January 5, 2017
Safety Tips to Stay in Top Shape
The hardest part about exercising is deciding to start.
Now that you’ve gotten the tough part out of the way, it’s time to focus on what to do to make sure your body stays healthy and strong so that your effort at the gym doesn’t go to waste.
If it’s been a while since you last exercised, or if you plan to increase your regular workout regimen, check in with your primary care physician first.
Once you get the green light, follow these safety tips to stay in top shape:
- Wear the right gear. Workout apparel has come a long way since the days of Day-Glo leotards and legwarmers. While there are more choices than ever when it comes to exercise clothes, shoes and accessories, that doesn’t mean every option is right for you and the activity you’ll be doing.
Wear shoes that fit well and provide enough support for your body type and gait. With clothing, look for sweat-wicking fabrics or light-weight cotton in a loose fit. A properly fitted sports bra also is crucial, as is a helmet for cycling and protective gear for high-contact sports.
If you plan to work out outdoors, wear a hat, sunglasses and sunscreen for the daytime activity, and reflective clothing and/or lights for evening exercise.
- Go at your own pace. Remember, this is not a competition between you and the 20-something on the neighboring treadmill. The last thing you want to do is overdo it and get injured.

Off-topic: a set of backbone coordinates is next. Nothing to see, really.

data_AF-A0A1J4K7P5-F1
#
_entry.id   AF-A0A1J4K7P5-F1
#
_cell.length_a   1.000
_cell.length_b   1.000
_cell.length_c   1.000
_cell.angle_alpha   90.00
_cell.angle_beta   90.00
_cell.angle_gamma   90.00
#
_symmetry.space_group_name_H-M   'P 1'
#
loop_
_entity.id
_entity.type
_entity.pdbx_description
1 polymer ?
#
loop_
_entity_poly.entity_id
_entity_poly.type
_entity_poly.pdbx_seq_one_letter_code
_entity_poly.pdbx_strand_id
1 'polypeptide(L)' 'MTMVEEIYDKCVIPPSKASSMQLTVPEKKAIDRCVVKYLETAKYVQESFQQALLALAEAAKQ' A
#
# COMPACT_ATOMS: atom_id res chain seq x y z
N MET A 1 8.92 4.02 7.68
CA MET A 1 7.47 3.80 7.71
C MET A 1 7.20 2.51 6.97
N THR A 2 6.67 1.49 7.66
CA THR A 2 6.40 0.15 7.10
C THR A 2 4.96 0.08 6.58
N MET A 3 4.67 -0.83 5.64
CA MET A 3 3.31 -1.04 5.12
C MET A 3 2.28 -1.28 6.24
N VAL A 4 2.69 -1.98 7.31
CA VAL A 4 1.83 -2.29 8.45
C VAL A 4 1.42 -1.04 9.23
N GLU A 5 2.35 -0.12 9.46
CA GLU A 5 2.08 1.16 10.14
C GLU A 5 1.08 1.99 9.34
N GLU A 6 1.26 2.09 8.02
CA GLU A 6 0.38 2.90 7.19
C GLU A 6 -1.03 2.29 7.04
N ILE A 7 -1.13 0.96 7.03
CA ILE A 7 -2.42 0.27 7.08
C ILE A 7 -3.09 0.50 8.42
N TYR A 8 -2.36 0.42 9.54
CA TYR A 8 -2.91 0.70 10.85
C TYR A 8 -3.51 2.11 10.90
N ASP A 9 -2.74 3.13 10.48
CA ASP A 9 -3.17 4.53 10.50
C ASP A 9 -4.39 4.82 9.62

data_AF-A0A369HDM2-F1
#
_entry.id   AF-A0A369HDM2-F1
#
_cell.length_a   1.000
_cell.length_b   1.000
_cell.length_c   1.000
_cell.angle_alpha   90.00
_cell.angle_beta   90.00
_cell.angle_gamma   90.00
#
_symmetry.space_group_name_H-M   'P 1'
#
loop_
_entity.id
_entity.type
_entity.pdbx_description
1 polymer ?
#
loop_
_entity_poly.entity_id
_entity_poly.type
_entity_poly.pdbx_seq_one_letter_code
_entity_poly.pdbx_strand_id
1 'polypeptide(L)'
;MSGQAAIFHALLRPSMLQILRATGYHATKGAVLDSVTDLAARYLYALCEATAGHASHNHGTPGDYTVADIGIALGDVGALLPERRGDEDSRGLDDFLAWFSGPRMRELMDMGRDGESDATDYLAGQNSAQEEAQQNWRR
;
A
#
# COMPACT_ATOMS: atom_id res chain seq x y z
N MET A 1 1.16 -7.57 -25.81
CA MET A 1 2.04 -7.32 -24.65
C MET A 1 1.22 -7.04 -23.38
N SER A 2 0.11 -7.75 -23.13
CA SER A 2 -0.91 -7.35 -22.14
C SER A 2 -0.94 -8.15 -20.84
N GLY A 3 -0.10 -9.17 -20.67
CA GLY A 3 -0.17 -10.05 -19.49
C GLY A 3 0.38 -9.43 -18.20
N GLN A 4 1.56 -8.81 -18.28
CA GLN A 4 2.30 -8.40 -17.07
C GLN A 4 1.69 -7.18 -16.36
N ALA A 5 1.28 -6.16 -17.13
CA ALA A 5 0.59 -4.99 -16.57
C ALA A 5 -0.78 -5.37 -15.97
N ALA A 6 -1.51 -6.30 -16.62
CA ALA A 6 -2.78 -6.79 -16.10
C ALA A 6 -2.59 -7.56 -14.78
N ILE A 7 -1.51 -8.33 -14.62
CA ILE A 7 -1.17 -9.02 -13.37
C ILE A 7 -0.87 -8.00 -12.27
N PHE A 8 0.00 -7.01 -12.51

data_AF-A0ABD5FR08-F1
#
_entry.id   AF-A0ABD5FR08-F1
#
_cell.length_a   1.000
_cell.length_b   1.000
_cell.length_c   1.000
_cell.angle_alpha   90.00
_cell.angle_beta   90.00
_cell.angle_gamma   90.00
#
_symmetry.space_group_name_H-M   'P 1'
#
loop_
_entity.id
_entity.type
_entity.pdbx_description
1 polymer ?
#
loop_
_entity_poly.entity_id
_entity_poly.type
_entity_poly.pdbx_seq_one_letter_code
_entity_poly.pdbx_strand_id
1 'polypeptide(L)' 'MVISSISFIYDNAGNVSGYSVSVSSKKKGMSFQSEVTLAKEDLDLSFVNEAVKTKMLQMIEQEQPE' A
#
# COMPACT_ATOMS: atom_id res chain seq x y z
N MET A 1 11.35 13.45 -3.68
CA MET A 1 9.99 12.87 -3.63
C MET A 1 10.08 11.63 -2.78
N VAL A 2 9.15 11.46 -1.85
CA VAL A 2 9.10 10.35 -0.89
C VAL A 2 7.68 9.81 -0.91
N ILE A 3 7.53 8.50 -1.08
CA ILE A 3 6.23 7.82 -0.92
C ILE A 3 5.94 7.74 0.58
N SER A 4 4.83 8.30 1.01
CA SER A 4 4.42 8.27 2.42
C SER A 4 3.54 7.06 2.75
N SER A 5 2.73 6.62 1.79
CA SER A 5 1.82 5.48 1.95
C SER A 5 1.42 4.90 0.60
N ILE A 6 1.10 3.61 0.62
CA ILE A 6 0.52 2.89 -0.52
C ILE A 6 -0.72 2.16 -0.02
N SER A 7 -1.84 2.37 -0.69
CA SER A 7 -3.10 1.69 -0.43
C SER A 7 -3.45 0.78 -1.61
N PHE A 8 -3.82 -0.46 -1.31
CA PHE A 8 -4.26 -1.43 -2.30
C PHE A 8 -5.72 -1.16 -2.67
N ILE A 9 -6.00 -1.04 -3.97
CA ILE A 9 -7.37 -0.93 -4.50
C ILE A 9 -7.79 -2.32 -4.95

Listen to your body and ease into your exercise program. If it’s helpful, hire a trainer who can teach you proper moves and alignment so you know how it feels when your body is doing the exercise correctly – not how you think it should look based on what someone else is doing.
- Switch things up. Do you make a bee-line to the elliptical or always perform the same strength-training set every time you go to the gym? The definition of insanity is doing the same thing over and over expecting a different result.
Repeating the same exercises day in and day out not only gets boring and hinders results, it can lead to injuries.
A healthy mix of cardio and strength training is the winning combo for long-term fitness.
- Rest when you need to. Rest days are just as important as active days, because this is the time your muscles are repairing themselves and getting stronger.
- Have fun! There will be days when you may not feel like exercising, but don’t let a bad mood or lack of motivation impair your workout. Focus on the positives, like how your mind feels clearer after your yoga session, or how your Zumba class puts an extra spring in your step that lasts for days.
It’s natural to experience a certain amount of discomfort during exercise, and you can expect some muscle soreness a day or two after a challenging workout.
However, certain symptoms can indicate there is a problem, and adopting a “no pain, no gain” attitude can set you up for a trip to the emergency room.
Stop exercising immediately if you:
- Have pain or pressure in the left or middle part of your chest, or in the left side of your neck, left shoulder or left arm.
- Feel dizzy or sick.
- Break out in a cold sweat.
- Have muscle cramps.
- Feel sharp pain in your joints, feet, ankles or bones.
- Notice that your heart starts racing or beating irregularly.
If you have a nagging pain that just won’t go away or intense muscle pain that starts during a workout or right afterward, take a few days off from the activity that first caused the pain. Start slowly working your way back into the activity.
If the pain returns, get it checked out to rule out an injury. Your doctor or exercise specialist may be able to recommend a plan to help you heal and prevent future injuries.